Gradually eliminating BACE1 clears amyloid plaque from mice with Alzheimer's

The research paves the way for drugs that may successfully treat Alzheimer's disease in humans

The research paves the way for drugs that may successfully treat Alzheimer's disease in humans

The findings of the study provide more evidence that exercise improves brain health and could be a lifesaving ingredient that prevents Alzheimer's disease.

An experimental treatment completely reversed Alzheimer's disease in mice by reducing the levels of a single enzyme in the animals' brains.

The new study from a team at the Cleveland Clinic Lerner Research Institute focused on an enzyme called BACE1 (aka beta-secretase), which is known to contribute to the formation of the toxic amyloid proteins that congregate as plaques on the brain, and are hypothesized to be the source of most Alzheimer's symptoms.

Unlike previous studies that relied on study participants to assess their own fitness, the new research objectively measured cardiorespiratory fitness with a scientific formula called maximal oxygen uptake.

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Results have been mixed in these trials, but Yan said the drugs might have been started too late in the disease process to help Alzheimer's patients.

APECS is a randomized, placebo-controlled, parallel-group, double-blind Phase 3 clinical trial evaluating the efficacy and safety of verubecestat in people with prodromal AD. Subjects are randomized to receive placebo, or 12 mg or 40 mg verubecestat, once-daily. The results further bolster the theory that amyloid plaques are at the root of this mysterious brain disease, and that addressing these plaques could lead to an eventual cure for Alzheimer's.

Lead author Riqiang Yan admitted he was "shocked" when their attempts to reduce amyloid plaque in mice completely eradicated the risky build-ups that slowly cripple the brain. So the team engineered a mouse model that gradually lost the enzyme as it grew older and then bred those mice with rodents that were engineered to develop amyloid plaques from an age of 75 days.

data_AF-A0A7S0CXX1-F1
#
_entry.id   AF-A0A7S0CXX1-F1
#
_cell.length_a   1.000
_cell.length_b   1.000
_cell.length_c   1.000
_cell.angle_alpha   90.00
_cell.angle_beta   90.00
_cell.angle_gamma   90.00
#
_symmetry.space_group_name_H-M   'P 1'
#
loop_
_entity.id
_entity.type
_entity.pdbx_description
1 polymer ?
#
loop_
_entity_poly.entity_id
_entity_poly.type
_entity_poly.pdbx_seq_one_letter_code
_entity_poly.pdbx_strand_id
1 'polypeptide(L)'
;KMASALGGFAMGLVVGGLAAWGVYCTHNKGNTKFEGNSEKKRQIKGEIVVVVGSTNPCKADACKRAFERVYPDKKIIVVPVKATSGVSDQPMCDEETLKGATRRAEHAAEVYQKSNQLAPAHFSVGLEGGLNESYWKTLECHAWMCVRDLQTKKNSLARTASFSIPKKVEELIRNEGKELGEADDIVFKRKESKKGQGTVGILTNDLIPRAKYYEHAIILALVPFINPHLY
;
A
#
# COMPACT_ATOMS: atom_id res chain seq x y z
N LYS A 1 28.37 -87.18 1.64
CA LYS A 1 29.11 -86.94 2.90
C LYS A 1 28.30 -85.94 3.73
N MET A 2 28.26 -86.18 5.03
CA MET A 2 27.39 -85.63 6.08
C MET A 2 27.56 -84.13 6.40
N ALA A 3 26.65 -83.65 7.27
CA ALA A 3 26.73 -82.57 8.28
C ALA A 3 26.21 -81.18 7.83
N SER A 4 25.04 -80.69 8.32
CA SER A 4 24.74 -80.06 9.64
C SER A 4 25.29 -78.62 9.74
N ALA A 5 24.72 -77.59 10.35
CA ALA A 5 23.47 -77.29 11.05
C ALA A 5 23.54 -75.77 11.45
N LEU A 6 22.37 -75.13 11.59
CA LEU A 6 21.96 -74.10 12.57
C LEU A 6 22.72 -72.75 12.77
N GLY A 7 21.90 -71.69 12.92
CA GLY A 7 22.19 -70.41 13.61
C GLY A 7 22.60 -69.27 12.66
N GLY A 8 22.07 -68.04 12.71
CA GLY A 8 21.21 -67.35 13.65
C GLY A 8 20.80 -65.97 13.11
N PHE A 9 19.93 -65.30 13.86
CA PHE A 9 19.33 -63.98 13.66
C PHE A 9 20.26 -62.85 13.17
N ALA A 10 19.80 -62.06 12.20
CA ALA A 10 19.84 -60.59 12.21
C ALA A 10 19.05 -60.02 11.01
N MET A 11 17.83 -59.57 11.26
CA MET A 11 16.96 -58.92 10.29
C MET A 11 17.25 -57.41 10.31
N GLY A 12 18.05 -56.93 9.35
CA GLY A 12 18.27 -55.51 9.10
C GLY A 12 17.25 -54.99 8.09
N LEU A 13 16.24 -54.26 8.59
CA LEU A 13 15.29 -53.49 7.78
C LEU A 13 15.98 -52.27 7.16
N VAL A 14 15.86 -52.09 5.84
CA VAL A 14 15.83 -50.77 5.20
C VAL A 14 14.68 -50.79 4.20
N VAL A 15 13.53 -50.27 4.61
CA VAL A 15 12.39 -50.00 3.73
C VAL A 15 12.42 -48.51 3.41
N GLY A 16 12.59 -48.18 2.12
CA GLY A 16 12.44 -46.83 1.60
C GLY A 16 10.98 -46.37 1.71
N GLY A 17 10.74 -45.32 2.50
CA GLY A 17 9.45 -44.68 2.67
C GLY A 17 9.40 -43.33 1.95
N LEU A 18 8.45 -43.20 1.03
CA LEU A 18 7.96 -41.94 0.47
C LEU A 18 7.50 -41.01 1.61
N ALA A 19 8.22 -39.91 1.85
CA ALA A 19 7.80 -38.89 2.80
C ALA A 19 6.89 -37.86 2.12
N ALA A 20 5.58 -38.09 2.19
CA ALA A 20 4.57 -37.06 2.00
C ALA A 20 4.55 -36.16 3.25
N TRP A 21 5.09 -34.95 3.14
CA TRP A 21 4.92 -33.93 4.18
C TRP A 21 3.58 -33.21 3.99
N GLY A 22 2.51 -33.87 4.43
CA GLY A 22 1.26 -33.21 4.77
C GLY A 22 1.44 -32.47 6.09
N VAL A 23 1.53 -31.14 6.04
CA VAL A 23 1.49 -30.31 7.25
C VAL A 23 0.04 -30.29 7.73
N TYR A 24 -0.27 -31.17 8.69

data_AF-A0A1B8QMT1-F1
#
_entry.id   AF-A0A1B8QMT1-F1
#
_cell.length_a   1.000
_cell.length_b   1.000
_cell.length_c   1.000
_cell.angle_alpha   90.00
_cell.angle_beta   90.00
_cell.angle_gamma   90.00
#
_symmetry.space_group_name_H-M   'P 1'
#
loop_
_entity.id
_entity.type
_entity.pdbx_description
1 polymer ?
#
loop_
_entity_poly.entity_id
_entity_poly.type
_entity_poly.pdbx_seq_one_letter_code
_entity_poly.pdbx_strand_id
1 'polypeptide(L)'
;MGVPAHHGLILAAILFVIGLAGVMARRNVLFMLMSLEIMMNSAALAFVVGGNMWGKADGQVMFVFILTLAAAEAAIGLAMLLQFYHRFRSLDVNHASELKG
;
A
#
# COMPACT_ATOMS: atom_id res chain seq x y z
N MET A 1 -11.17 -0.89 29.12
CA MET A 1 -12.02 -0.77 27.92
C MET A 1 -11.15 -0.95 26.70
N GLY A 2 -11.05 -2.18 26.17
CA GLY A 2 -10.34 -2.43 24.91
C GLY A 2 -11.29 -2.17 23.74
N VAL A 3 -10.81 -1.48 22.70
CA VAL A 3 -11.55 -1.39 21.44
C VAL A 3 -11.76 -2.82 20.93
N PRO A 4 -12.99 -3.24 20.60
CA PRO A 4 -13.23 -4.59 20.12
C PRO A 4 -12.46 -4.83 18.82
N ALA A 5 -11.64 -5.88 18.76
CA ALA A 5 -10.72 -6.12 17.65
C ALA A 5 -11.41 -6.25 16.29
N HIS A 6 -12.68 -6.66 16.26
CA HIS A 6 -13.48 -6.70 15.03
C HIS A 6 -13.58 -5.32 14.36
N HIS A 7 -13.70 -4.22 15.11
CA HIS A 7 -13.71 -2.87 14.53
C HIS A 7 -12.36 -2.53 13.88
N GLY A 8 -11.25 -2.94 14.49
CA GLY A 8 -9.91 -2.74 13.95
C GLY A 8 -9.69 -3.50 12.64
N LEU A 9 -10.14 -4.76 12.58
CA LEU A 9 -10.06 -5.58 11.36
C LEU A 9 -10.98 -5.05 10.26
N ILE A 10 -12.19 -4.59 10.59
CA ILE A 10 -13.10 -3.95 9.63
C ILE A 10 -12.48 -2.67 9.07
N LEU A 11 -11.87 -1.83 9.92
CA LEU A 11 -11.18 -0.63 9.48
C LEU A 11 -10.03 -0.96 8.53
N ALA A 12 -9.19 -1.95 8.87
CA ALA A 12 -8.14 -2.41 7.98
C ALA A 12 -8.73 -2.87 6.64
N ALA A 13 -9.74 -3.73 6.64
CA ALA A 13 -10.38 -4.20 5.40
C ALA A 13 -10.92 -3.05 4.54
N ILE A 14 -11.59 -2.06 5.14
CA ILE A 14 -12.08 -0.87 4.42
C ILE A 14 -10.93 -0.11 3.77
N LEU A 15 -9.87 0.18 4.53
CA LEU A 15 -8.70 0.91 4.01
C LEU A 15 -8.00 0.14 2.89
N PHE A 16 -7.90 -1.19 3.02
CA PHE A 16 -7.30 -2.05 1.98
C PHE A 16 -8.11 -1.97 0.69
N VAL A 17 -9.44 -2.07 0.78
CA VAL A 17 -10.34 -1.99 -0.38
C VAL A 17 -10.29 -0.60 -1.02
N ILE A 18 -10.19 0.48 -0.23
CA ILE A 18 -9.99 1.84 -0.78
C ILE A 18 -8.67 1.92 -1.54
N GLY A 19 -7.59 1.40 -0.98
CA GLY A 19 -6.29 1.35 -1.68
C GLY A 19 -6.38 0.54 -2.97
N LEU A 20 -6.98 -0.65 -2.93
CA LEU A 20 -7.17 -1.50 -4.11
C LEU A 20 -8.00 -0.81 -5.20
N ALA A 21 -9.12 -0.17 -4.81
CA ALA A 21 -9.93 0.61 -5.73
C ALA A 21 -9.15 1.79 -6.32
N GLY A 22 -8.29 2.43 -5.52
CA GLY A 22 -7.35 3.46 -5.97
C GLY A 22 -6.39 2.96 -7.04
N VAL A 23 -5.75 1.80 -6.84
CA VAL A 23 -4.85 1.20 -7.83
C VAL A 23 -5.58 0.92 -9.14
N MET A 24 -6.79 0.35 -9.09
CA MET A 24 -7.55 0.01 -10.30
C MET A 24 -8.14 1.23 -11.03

As BACE1 plays a role in beta-amyloid production, several companies are trying to develop drugs that block the enzyme.

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These mice developed normally and appeared to remain perfectly healthy over time.

Offspring of the original BACE1 knockout mice also showed a similar reduction in their BACE1 levels. Remarkably, however, the plaques began to disappear as the mice continued to age and lose BACE1 activity, until, at 10 months old, the mice had no plaques in their brains at all. Significant improvement in gliosis and neuritic dystrophy was seen with this reversal in amyloid deposition. "Those plaques caused behavioral impairment that actually reversed and significantly improved" when the plaques dissolved.

We're still in the dark as to exactly what causes Alzheimer's disease. The study, w raises hopes that drugs targeting this enzyme will be able to successfully treat Alzheimer's disease in humans. "It makes sense it might be applicable to humans as well", Kornel said.

We all know that slogging to the gym on a regular basis has positive effects on our future well-being.

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The new study was published February 14 in the Journal of Experimental Medicine.

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